At 11.00am on 3 September 1939 Britain declared war on Nazi Germany. Within minutes the air raid sirens started wailing. Panicked civilians reached for the gas masks they had been issued with, and desperately sought shelter from the anticipated onslaught. A few – mainly middle class suburbanites with gardens, who had been issued with Anderson shelters – had some cover. Most – particularly the urban working class – had nowhere to run because the government in its wisdom had decided that providing underground shelters would be bad for morale. Nevertheless, the government and the people firmly believed Stanley Baldwin’s warning that “the bomber will always get through.”
Not everyone was condemned to stand helpless beneath the falling bombs, however. In the years leading up to the conflict, a scheme had been devised to resettle urban mothers and children to rural regions where aerial bombardment was less of a threat. Within days, railway stations became scenes of organised confusion as children were herded into carriages to take them away to safety.
The trains not used for moving women and children to the relative safety of the countryside were quickly commandeered by a British Expeditionary Force hurriedly mobilised and transferred to France to meet the anticipated 1914-style German advance through the Low Countries.
And then nothing! The waves of bombers never arrived. The panzers rested in their repair shops. While the French hunkered down behind the Maginot Line, the British Expeditionary Force dug in along the French-Belgian border; miles away from any Germans. Even the U-boats – which had to navigate the North Sea around Scotland to gain access to the Atlantic – were more of a nuisance than a threat. Vital supply lines remained open. For most Britons – save for the young men gradually conscripted into the armed forces – business carried on as usual.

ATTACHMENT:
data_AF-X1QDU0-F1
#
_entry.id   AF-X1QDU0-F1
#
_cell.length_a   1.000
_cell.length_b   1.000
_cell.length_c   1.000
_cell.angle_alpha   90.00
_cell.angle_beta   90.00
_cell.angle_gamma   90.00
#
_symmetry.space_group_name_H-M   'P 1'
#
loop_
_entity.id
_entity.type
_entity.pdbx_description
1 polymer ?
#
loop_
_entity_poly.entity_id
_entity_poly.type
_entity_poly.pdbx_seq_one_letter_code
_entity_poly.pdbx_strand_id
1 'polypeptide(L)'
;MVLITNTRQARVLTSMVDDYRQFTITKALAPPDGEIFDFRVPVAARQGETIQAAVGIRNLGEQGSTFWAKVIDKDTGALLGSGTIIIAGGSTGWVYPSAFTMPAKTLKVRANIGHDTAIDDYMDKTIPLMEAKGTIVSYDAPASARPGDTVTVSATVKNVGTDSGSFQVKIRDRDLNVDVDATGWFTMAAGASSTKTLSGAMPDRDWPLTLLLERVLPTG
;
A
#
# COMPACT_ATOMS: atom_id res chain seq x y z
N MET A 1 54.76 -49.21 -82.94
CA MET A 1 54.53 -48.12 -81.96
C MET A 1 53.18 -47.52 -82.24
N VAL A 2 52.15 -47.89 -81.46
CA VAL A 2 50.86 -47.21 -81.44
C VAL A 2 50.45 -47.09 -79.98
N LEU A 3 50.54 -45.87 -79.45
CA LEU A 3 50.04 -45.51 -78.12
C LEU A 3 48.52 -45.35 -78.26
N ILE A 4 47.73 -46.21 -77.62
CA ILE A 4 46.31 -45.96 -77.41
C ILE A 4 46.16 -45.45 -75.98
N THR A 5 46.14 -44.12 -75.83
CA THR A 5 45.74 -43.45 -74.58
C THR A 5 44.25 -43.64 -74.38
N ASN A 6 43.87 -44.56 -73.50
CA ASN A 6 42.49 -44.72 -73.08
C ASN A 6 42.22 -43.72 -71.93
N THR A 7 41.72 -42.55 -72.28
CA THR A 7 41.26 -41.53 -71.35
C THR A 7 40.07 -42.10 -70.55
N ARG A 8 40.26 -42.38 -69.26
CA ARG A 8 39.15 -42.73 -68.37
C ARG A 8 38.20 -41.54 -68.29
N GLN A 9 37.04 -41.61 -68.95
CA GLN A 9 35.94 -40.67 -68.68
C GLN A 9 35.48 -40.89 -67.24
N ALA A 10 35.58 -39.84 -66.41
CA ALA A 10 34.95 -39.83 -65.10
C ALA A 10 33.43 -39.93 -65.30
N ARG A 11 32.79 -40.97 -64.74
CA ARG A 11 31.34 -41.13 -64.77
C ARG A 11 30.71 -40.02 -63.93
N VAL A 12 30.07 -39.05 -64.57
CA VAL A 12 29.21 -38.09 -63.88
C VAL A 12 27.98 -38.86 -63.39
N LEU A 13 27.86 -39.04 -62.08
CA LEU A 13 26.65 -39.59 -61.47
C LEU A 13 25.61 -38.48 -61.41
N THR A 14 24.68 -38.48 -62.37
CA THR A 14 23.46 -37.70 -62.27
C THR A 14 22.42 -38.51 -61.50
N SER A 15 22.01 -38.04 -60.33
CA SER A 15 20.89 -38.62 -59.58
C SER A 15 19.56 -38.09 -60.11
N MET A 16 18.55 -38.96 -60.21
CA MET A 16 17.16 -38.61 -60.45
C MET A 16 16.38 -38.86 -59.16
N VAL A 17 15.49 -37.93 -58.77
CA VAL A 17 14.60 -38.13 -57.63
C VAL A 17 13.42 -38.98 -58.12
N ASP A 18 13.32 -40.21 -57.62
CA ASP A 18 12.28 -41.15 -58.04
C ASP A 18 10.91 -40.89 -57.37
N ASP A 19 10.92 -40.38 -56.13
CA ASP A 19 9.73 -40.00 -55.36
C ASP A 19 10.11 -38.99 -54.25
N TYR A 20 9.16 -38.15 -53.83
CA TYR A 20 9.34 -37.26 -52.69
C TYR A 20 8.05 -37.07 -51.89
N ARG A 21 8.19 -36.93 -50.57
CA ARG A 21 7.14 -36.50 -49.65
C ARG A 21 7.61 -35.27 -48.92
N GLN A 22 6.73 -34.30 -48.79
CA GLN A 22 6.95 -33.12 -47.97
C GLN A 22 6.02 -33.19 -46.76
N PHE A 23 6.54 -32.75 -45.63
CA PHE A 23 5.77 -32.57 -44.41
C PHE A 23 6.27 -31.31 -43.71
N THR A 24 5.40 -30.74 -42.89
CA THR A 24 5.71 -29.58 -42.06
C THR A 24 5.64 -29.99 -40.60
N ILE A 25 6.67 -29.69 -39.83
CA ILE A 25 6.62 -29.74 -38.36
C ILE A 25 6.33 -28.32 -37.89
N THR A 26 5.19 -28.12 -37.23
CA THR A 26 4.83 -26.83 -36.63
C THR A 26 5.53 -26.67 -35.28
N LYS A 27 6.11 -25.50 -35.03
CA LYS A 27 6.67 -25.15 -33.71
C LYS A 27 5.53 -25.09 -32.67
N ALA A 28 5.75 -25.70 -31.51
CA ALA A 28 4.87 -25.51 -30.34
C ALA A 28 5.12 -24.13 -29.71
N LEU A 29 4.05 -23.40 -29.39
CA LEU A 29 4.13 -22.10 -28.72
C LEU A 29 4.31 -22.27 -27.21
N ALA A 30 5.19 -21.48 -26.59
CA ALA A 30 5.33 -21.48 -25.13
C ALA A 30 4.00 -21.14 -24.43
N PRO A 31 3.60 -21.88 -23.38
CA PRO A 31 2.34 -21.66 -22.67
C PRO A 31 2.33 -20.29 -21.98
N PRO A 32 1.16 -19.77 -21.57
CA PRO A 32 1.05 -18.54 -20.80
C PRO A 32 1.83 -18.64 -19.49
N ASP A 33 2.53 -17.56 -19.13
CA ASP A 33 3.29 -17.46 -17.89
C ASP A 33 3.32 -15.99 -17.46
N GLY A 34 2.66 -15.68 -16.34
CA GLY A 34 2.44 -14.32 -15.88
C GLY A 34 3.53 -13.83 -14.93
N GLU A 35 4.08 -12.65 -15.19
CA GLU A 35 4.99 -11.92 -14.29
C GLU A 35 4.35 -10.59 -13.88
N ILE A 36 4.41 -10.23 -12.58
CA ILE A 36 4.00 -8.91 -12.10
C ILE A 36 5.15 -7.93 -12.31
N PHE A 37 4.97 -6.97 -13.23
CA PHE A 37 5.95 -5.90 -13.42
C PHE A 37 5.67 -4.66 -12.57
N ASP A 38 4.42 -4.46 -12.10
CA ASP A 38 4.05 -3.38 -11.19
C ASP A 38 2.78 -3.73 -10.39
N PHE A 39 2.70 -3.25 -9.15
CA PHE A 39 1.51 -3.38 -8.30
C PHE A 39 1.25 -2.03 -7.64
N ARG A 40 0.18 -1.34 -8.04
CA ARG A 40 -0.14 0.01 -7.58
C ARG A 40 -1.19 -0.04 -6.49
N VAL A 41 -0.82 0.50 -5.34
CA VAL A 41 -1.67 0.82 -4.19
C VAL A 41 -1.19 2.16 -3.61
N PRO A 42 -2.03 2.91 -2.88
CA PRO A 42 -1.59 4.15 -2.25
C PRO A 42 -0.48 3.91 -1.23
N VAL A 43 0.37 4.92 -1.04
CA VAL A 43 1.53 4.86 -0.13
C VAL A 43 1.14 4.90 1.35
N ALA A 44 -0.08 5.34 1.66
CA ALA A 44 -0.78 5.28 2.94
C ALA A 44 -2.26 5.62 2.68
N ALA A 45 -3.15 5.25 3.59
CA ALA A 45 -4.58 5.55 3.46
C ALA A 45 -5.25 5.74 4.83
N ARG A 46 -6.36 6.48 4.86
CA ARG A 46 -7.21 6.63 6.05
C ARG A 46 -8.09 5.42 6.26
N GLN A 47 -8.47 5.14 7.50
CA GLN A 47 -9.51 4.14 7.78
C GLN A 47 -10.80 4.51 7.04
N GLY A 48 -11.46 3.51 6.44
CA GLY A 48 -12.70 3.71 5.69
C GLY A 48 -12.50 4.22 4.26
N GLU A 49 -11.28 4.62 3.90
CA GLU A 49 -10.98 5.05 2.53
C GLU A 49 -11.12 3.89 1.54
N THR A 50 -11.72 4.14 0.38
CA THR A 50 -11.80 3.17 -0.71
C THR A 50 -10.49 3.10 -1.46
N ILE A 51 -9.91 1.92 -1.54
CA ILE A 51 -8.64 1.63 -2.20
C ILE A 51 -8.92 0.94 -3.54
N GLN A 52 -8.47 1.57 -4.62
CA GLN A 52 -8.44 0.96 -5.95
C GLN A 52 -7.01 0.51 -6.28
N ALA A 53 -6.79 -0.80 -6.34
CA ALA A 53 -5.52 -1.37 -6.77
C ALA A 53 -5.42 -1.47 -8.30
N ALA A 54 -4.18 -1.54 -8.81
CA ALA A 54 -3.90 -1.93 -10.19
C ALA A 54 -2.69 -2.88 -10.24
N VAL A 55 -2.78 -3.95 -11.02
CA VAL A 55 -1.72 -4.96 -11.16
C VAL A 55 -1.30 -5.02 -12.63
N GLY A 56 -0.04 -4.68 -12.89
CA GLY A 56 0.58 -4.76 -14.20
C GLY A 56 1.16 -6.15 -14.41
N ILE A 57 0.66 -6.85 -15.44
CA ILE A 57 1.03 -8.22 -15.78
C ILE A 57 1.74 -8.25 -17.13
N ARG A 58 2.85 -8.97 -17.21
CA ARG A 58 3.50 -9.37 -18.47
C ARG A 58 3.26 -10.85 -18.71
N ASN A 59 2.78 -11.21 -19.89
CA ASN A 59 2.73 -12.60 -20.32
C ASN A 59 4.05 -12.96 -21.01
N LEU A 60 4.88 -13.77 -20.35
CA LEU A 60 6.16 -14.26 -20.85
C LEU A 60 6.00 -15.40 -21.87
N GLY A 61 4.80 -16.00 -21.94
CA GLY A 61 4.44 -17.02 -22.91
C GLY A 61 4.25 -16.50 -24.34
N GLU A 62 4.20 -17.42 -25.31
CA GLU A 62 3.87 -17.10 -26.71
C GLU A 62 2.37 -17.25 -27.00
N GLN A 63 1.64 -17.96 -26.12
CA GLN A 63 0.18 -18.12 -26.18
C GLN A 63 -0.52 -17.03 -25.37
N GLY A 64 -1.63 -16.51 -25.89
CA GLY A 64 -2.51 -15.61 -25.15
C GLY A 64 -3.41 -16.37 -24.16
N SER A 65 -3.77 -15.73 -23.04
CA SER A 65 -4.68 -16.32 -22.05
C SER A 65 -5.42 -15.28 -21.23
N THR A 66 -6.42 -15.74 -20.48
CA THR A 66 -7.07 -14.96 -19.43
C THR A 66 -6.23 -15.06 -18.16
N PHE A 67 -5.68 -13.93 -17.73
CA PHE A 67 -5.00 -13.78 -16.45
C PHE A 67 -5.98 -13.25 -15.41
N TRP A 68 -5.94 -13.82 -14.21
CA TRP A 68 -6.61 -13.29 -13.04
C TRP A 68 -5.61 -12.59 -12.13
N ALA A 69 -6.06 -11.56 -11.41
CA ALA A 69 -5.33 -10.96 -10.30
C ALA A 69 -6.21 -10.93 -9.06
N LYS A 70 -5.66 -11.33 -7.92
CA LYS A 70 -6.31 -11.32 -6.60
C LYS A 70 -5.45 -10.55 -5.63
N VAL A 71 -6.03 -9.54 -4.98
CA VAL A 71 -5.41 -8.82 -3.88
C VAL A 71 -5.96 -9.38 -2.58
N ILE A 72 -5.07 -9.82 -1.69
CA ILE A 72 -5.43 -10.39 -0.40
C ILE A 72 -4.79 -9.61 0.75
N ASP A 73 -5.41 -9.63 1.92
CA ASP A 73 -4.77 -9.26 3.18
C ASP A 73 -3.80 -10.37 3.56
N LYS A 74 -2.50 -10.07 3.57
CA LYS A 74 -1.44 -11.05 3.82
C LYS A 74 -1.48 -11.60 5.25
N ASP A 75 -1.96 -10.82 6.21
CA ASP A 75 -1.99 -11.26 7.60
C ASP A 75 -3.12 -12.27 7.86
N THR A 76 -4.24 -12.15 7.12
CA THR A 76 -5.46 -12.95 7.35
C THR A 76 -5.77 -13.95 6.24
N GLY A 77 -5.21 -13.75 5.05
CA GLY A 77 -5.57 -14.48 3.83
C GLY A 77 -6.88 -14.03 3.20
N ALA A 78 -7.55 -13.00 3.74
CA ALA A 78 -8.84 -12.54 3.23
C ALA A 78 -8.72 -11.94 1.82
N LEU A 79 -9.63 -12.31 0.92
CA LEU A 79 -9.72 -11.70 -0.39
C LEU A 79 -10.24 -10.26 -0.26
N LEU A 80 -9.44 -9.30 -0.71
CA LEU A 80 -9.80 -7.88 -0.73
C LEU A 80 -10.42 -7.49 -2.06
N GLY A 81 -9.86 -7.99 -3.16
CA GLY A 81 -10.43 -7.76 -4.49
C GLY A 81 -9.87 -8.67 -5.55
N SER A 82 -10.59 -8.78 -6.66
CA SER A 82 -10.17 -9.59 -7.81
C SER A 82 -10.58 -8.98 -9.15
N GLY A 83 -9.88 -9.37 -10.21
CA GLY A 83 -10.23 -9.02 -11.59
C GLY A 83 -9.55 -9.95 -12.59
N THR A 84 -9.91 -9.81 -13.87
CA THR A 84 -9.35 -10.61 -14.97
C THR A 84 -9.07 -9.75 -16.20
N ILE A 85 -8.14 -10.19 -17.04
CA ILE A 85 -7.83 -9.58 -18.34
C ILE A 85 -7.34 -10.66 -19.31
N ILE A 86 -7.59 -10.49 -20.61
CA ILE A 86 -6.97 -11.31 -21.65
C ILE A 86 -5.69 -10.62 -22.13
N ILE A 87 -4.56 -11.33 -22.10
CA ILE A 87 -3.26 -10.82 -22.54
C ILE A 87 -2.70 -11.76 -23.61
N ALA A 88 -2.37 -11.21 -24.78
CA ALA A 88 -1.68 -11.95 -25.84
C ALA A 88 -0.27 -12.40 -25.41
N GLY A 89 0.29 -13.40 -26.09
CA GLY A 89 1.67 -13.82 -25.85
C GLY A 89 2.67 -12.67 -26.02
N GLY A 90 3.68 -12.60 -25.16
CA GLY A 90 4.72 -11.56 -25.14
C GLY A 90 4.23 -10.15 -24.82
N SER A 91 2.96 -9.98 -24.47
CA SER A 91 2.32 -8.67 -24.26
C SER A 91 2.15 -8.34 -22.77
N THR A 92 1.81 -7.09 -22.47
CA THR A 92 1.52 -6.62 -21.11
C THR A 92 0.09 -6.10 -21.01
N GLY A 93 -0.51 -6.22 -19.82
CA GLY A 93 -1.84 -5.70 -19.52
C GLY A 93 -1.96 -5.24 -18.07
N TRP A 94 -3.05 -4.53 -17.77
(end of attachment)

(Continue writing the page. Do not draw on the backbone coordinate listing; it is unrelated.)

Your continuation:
In January 1940, butter, sugar and bacon were the first foods to be (relatively generously) rationed. Full-scale rationing only began after the fall of France, when U-boats were redeployed to the captured Brittany ports. The most severe rationing was not to come until 1942 and early 1943 when the supply routes from the USA were very nearly cut. To the average British family, the autumn and winter of 1939-40 was little different to the winter before.
Something similar can be said of the past month of lockdown in the face of the Covid-19 pandemic. Deaths – outside care homes – have been mercifully low; far lower than public health modelling had suggested. Moreover, causes of death have shifted dramatically, with fewer road traffic and workplace deaths, but more accidents at home. Net additional deaths may prove far lower than had been feared. New hospital facilities which were hurriedly constructed in anticipation of hundreds of thousands of critically ill patients stand almost empty, as “shielding” and “social distancing” have dramatically lowered the infection rate. So much so that many among the SW1/Westminster Bubble crowd have begun asking how much longer will it be before we can restart the economy and get back to normal.
The debate around this has, thus far, been politically charged. Framed in terms of “saving lives versus saving the economy,” the left has largely argued for more lockdown and more state intervention while the right argues for an early restart of the economy. Ironically, though, both sides are probably correct – just not in the way they imagine.